World Wildlife Fund Sustainability Works

Small Town, Big Plans: How Vail, Colorado is Combating Climate Change

  • Date: 20 April 2022
  • Author: Tara Doyle, World Wildlife Fund
Beth Markham, Environmental Sustainability Coordinator for the Town of Vail, smiling.

Beth Markham, Environmental Sustainability Coordinator, Town of Vail.

In this blog series, I’m speaking with sustainability officials in local governments around the country to learn about how they’re tackling socio-environmental issues within the public sector. This week, I interviewed Beth Markham, the Environmental Sustainability Coordinator for the Town of Vail. Markham’s deep love for the natural world led her to Walking Mountains Science Center in Avon, where she spent 11 years developing and teaching environmental education programs for students. Later, she worked for the Cycle Effect, a nonprofit that builds leadership skills and self-esteem in young women through mountain biking. In 2019, Markham took on the challenge of driving environmental stewardship through policies and partnerships at the municipal level.

Q: What are the most critical climate-related challenges facing Vail right now?

Climate systems are so interconnected, but if I had to choose one thing, I would say that the biggest issue is water. We’re already seeing the impact of climate change on our snowpack in winter and river flow in summer. Droughts are increasing the frequency and severity of our wildfires, and last summer we had the worst wildfire season in Colorado history. Vail has a tourism-based economy, so what happens when tourists can’t ski because of a lack of snow? What happens when wildfire smoke causes unhealthy air quality? It’s clear that our seasons are changing, and our precipitation is changing, especially in the form of snow. Many people live here because they love to ski, so if we want to continue our way of life here then we need to make some big changes.

Q: How is the Town of Vail working to tackle those issues?

We’re doing a lot in terms of climate change mitigation. Our top priority is reducing greenhouse gas emissions, which starts with the highest emitting sector - commercial buildings. We are working to convert the town’s natural gas boilers for snowmelt to electric, and we’re working with large commercial buildings to reduce their buildings’ carbon usage.

The second-highest emitting sector is transportation, and we’re reducing those emissions by providing incentives to help the whole community transition to electric or zero-emission vehicles by 2050. That involves switching the Town of Vail fleet (including our free bus system) to electric, implementing a regional e-bike share program, and building more EV charging infrastructure.

Q: What has helped you move forward with these initiatives?

The Town of Vail has committed to making this change, and there’s a lot of support from the broader community right now. Our local energy provider, Holy Cross Energy, has demonstrated a strong commitment to climate action as well. Currently, 47 percent of our electricity comes from renewable sources, and Holy Cross provides residents the option to purchase 100 percent renewable energy. Their goal is to transition to a fully renewable electrical grid by 2030, and no one will have to pay a premium for clean energy. This requires resiliency plans in case of a blackout, so Holy Cross is building microgrids, battery backups, and increasing energy storage capacity.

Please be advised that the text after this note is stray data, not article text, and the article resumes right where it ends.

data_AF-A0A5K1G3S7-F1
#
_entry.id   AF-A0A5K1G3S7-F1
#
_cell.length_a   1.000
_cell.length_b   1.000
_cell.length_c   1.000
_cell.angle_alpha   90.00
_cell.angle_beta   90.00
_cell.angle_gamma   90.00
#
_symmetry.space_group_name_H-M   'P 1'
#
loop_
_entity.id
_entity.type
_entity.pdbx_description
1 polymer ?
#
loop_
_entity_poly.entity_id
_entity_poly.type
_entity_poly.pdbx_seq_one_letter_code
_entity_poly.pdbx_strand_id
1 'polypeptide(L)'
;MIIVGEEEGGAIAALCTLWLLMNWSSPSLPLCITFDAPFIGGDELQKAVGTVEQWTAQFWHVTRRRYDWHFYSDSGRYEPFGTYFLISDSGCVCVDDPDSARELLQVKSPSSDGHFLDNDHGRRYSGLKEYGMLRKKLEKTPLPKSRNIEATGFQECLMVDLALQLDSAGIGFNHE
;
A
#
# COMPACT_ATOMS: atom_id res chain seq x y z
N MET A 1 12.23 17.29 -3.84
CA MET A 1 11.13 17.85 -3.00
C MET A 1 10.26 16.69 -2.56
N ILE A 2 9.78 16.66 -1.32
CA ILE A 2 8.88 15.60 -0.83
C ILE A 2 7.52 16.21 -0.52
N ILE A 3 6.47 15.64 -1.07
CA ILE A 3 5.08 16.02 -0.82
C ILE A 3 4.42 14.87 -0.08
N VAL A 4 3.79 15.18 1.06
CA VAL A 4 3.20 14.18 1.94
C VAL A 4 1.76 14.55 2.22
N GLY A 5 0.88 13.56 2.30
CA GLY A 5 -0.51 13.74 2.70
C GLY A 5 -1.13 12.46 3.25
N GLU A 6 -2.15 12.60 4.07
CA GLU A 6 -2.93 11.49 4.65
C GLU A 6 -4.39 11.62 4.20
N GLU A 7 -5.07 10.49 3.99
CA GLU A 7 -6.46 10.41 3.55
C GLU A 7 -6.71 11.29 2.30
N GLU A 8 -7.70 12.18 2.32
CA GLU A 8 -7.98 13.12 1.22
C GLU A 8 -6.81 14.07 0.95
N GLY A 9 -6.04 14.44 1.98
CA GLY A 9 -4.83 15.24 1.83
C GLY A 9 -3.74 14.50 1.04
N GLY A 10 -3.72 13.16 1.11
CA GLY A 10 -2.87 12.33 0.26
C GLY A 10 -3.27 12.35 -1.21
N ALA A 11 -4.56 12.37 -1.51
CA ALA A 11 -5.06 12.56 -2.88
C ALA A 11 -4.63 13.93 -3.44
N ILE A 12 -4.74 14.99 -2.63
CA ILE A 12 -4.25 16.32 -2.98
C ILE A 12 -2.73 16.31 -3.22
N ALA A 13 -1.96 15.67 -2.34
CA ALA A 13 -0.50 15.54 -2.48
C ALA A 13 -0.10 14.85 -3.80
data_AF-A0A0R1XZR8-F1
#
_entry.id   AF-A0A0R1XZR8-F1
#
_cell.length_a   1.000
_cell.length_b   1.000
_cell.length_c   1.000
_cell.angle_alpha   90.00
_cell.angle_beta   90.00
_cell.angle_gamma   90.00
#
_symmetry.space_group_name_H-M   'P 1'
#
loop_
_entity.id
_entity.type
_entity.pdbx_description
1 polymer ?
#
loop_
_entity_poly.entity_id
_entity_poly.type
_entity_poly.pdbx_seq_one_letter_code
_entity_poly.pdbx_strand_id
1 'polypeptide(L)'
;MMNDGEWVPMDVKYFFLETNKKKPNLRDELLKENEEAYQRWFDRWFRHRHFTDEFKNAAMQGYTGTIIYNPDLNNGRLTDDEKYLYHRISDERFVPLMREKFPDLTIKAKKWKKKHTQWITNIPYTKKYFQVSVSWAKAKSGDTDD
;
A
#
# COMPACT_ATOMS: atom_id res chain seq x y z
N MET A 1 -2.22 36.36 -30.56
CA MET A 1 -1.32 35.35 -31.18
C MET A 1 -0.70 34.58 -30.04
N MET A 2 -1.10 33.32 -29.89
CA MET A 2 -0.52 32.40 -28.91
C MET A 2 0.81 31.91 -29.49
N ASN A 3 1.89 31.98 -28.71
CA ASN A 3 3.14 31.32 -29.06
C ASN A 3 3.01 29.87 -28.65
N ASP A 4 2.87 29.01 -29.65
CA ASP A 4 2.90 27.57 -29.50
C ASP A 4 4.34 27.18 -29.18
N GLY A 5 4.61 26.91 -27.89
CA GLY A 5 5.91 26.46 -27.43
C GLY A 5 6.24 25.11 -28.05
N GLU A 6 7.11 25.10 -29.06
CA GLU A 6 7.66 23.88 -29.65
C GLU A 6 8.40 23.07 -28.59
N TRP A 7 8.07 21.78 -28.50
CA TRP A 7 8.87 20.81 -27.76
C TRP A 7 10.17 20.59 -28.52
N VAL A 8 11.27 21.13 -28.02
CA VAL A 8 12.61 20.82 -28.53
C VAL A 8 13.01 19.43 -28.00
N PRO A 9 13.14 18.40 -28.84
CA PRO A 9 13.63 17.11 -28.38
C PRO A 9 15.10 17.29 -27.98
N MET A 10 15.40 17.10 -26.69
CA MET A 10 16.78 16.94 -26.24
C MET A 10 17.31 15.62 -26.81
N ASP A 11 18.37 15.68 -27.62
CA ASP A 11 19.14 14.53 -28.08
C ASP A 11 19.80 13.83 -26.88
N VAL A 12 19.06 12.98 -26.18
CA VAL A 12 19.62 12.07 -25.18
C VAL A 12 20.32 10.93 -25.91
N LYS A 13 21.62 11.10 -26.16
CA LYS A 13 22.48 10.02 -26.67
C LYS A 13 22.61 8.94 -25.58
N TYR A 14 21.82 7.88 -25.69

Aerial shot of Vail, Colorado during summer. 

Q: Have you run into any challenges or setbacks so far?

The biggest challenge is the housing stock, or lack thereof. Currently, we have a shortage of affordable housing, and we’re trying to make sure that any new construction is built as sustainably as possible. Sometimes that goal is at odds with the urgent need to get more units built quickly, and sustainable construction can also be more expensive. I think that we can solve this from the policy side- for instance, policies to ensure that new buildings are ready for electric vehicles and solar panels. The Vail Valley is an expensive place to live, and installing solar panels or buying an electric vehicle can be cost-prohibitive for people. We need to push for more funding and incentives that make energy efficiency upgrades affordable for everyone.

Q: How are you addressing justice and equity within your sustainability work?

In every decision we make, we look at the economic and societal impacts on Vail’s residents. If we require building electrification in the future, we will make sure there’s a safety net of financial aid available for people who can’t afford it. We want everyone to be able to participate in climate action, and we want everyone to benefit from clean water and clean air. The sustainability sector is gaining a great deal of speed and momentum right now, but our country is still polarized. If we want to make real progress then we need to keep an open mind and consider opposing perspectives. Serving the public is about building bridges, making compromises, and connecting with the community.

To learn more about the Town of Vail’s environmental sustainability initiatives, visit